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Real-life 'Junction Boys' stole the show

By By ROBERT BLANKENSHIP – Managing Editor
Televisions across the state tuned in for what was a long-awaited television event for fans of Paul "Bear" Bryant. ESPN's second attempt at making a feature focused on "The Junction Boys," the nickname given to the Texas A&M players who participated and survived the most notorious training camp in the history of college football.
The movie, titled "The Junction Boys," looks at three friends who attend the camp under their new head coach, Bryant. The boys and their new coaching staff leave College Station for the remote west Texas town of Junction. That area had been drought-ridden for several years and the camp where the players stayed was in rough shape.
The conditions of the camp were obviously tough, but the movie portrays the young players greatest antagonist as Bryant himself. Forcing them to practice in the Texas heat without water, never giving breaks, name-calling and even physical abuse.
The three players who were the focus of the film were fictional characters; however the things they went through and the abuses were supposedly actual events. Of those events, two stand out as the most controversial: Bear headbutting a player on the nose and him kicking a player who was having a heatstroke.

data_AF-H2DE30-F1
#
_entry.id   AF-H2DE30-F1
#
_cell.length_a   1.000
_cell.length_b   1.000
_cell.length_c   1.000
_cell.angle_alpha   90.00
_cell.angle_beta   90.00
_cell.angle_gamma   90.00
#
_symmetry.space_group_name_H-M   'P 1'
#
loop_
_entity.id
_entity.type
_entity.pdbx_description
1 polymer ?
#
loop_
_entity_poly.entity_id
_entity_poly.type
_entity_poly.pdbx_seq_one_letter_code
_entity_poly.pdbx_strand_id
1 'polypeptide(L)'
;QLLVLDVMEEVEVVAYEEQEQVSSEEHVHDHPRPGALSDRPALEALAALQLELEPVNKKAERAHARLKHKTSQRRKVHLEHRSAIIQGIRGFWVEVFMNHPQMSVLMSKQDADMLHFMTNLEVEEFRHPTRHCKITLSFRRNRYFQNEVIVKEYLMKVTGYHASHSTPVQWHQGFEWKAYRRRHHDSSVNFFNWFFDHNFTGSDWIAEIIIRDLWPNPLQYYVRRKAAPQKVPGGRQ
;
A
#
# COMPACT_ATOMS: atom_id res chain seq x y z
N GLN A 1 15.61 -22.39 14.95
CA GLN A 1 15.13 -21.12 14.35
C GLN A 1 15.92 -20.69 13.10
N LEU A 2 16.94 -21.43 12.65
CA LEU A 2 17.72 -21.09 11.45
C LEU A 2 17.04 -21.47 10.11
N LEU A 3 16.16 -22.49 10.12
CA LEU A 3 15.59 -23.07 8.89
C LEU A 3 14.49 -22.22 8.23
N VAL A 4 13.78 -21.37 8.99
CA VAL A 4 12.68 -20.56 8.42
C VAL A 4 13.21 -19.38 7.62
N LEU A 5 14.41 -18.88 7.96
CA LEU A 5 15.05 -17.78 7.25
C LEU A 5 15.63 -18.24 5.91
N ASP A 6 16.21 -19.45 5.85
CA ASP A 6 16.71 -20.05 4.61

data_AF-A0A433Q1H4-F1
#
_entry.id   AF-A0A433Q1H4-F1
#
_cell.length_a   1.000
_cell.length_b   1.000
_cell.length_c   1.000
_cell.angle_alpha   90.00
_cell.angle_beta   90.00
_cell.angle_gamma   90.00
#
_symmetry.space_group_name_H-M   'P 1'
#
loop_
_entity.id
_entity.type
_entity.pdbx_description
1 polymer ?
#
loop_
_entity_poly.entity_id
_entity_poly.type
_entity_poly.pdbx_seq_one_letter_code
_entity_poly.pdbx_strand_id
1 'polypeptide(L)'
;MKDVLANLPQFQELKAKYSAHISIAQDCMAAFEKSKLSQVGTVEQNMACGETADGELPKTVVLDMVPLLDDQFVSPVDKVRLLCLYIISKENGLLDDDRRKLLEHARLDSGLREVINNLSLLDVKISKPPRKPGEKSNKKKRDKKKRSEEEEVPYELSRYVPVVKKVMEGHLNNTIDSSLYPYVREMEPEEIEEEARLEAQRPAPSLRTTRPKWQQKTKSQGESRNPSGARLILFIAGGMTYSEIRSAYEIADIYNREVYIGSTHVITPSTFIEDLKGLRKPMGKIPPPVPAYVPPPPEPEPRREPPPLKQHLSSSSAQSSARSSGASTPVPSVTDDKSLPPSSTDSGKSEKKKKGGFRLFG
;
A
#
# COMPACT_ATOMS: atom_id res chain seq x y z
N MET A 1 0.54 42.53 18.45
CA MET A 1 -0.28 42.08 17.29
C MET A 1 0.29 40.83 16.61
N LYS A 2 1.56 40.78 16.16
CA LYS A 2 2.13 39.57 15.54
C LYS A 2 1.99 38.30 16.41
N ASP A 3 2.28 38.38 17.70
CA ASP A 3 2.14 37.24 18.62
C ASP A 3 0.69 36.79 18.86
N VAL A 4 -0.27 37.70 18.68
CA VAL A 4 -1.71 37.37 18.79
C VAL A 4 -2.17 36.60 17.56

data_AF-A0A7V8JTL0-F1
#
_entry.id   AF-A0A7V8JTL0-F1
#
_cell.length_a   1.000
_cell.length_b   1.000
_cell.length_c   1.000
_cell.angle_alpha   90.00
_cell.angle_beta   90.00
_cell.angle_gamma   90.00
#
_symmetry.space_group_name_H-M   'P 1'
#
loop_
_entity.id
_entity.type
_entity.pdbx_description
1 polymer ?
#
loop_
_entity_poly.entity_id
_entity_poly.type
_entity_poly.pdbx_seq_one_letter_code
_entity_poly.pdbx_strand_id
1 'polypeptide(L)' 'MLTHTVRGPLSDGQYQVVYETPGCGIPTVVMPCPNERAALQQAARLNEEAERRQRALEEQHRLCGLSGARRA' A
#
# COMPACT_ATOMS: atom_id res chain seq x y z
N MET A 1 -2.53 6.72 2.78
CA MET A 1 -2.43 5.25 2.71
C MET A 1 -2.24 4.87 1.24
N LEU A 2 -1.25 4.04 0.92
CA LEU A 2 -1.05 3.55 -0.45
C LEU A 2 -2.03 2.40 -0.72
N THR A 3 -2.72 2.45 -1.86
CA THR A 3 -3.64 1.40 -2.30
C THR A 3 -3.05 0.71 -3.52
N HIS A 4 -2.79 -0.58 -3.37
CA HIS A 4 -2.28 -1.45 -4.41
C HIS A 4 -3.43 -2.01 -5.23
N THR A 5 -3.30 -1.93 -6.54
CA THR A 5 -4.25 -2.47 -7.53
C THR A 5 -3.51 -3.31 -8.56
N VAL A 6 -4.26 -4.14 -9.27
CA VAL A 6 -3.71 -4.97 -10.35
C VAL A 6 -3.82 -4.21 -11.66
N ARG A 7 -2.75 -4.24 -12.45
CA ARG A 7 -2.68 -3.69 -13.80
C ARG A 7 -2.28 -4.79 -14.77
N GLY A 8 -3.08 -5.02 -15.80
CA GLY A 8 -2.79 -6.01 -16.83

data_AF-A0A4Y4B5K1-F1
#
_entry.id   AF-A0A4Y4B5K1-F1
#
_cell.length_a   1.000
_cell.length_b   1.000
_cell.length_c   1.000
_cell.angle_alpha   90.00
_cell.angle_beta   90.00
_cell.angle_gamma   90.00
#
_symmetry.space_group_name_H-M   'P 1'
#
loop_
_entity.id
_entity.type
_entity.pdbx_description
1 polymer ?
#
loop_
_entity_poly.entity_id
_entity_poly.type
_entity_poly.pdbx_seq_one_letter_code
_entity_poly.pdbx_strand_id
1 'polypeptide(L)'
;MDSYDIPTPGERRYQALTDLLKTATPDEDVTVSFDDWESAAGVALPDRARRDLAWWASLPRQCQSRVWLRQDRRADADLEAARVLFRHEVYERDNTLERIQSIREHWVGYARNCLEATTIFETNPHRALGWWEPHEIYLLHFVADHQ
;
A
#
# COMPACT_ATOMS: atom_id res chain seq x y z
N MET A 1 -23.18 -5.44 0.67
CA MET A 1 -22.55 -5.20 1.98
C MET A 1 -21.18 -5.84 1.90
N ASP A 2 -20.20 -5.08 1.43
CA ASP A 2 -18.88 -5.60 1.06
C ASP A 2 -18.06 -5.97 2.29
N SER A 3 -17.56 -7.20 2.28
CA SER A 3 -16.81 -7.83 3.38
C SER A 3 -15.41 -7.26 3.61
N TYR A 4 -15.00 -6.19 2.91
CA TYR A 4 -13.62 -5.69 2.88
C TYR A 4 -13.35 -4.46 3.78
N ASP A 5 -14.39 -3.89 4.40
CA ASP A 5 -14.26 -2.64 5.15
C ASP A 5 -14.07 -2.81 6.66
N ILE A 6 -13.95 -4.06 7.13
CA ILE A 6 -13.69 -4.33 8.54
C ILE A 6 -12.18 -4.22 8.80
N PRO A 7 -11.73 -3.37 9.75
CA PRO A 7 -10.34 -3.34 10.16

The author of the book, Jim Dent, originally heard of the Junction Boys from A&M player Gene Stallings. While an assistant coach with the Dallas Cowboys, Stallings spoke with Dent, who was a beat writer at The Dallas Morning News, about the camp. Dent later interviewed some of the players and wrote "The Junction Boys."
While the ESPN movie was mildly entertaining, the really good stuff came at 11 p.m. on the network's "Outside the Lines" which featured five of the players who went to Junction. Within five minutes of the round table-type discussion, the integrity and credibility of the book and movie where put to the test. Those viewing the show could almost see the wind falling out of ESPN's sail.
When asked what they "didn't recognize" from the film Stallings, who wrote the forward for "The Junction Boys," was quick to say "the language." The other members of the panel were quick to agree. This is the second time Stallings has defended Bear Bryant after a film. He was also adamant that Bear did not speak so crudely after the film "Forrest Gump."
Another panelist happened to be the basis for the scene when Bear headbutted a player for poor blocking. He said the incident happened … sort of. First, he said, it happened in a spring practice at College Station. Second, it happened when Bryant was showing him how to block. Because the players did not wear face masks, Bryant's head hit the player in his mouth. Dent's credibility was further diminished as this alleged headbutted player was listed as deceased in the book.
As for kicking the player who was having a heatstroke, it could not be confirmed nor denied. The only player who had a heatstroke was among the panel of guests, but of course he does not remember. Nobody else on the panel remembered the kicking incident. Dent maintains that several of his sources saw the kick.
While there seemed to be several embellishments made for entertainment purposes, there is no doubt that the camp deserves its title of "Ten Days in Hell." The fact that only 35 players of 111 made the bus trip back home to College Station is plenty of proof. Bryant himself always held the 1954 Aggies at the highest regard despite its losing ways. The team picture stayed on his office wall even when he moved to Tuscaloosa. He died wearing a "Junction Boy" 25-year reunion ring.
robert.blankenship@brewtonstandard.com